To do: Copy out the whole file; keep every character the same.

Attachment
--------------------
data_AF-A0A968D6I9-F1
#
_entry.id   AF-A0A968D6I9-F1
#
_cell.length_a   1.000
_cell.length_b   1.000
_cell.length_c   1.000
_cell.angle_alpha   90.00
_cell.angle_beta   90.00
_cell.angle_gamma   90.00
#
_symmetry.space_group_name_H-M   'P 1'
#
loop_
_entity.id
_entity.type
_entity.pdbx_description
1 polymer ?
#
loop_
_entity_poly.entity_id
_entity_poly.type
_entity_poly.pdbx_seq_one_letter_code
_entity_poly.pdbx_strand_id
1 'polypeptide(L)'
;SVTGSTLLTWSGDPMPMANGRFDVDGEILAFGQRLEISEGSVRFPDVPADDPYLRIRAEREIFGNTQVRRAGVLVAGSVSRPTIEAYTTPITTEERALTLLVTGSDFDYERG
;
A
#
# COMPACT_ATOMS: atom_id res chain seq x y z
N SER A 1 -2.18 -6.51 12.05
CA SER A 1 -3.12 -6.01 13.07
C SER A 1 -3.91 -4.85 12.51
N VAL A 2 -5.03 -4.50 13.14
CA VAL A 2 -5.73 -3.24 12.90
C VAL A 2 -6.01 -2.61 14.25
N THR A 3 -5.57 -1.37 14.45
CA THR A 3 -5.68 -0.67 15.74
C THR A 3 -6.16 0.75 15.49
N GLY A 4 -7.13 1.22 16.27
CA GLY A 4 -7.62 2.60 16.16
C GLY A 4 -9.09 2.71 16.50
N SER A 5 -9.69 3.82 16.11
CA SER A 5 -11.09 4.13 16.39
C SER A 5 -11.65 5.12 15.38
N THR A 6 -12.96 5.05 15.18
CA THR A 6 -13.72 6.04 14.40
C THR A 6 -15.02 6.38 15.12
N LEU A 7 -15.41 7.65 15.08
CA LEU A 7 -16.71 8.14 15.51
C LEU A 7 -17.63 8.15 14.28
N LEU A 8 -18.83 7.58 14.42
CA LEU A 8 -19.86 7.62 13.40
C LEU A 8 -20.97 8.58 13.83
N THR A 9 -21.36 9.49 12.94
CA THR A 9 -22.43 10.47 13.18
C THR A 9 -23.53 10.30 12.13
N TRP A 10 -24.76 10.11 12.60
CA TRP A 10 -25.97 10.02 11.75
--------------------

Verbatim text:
data_AF-A0A968D6I9-F1
#
_entry.id   AF-A0A968D6I9-F1
#
_cell.length_a   1.000
_cell.length_b   1.000
_cell.length_c   1.000
_cell.angle_alpha   90.00
_cell.angle_beta   90.00
_cell.angle_gamma   90.00
#
_symmetry.space_group_name_H-M   'P 1'
#
loop_
_entity.id
_entity.type
_entity.pdbx_description
1 polymer ?
#
loop_
_entity_poly.entity_id
_entity_poly.type
_entity_poly.pdbx_seq_one_letter_code
_entity_poly.pdbx_strand_id
1 'polypeptide(L)'
;SVTGSTLLTWSGDPMPMANGRFDVDGEILAFGQRLEISEGSVRFPDVPADDPYLRIRAEREIFGNTQVRRAGVLVAGSVSRPTIEAYTTPITTEERALTLLVTGSDFDYERG
;
A
#
# COMPACT_ATOMS: atom_id res chain seq x y z
N SER A 1 -2.18 -6.51 12.05
CA SER A 1 -3.12 -6.01 13.07
C SER A 1 -3.91 -4.85 12.51
N VAL A 2 -5.03 -4.50 13.14
CA VAL A 2 -5.73 -3.24 12.90
C VAL A 2 -6.01 -2.61 14.25
N THR A 3 -5.57 -1.37 14.45
CA THR A 3 -5.68 -0.67 15.74
C THR A 3 -6.16 0.75 15.49
N GLY A 4 -7.13 1.22 16.27
CA GLY A 4 -7.62 2.60 16.16
C GLY A 4 -9.09 2.71 16.50
N SER A 5 -9.69 3.82 16.11
CA SER A 5 -11.09 4.13 16.39
C SER A 5 -11.65 5.12 15.38
N THR A 6 -12.96 5.05 15.18
CA THR A 6 -13.72 6.04 14.40
C THR A 6 -15.02 6.38 15.12
N LEU A 7 -15.41 7.65 15.08
CA LEU A 7 -16.71 8.14 15.51
C LEU A 7 -17.63 8.15 14.28
N LEU A 8 -18.83 7.58 14.42
CA LEU A 8 -19.86 7.62 13.40
C LEU A 8 -20.97 8.58 13.83
N THR A 9 -21.36 9.49 12.94
CA THR A 9 -22.43 10.47 13.18
C THR A 9 -23.53 10.30 12.13
N TRP A 10 -24.76 10.11 12.60
CA TRP A 10 -25.97 10.02 11.75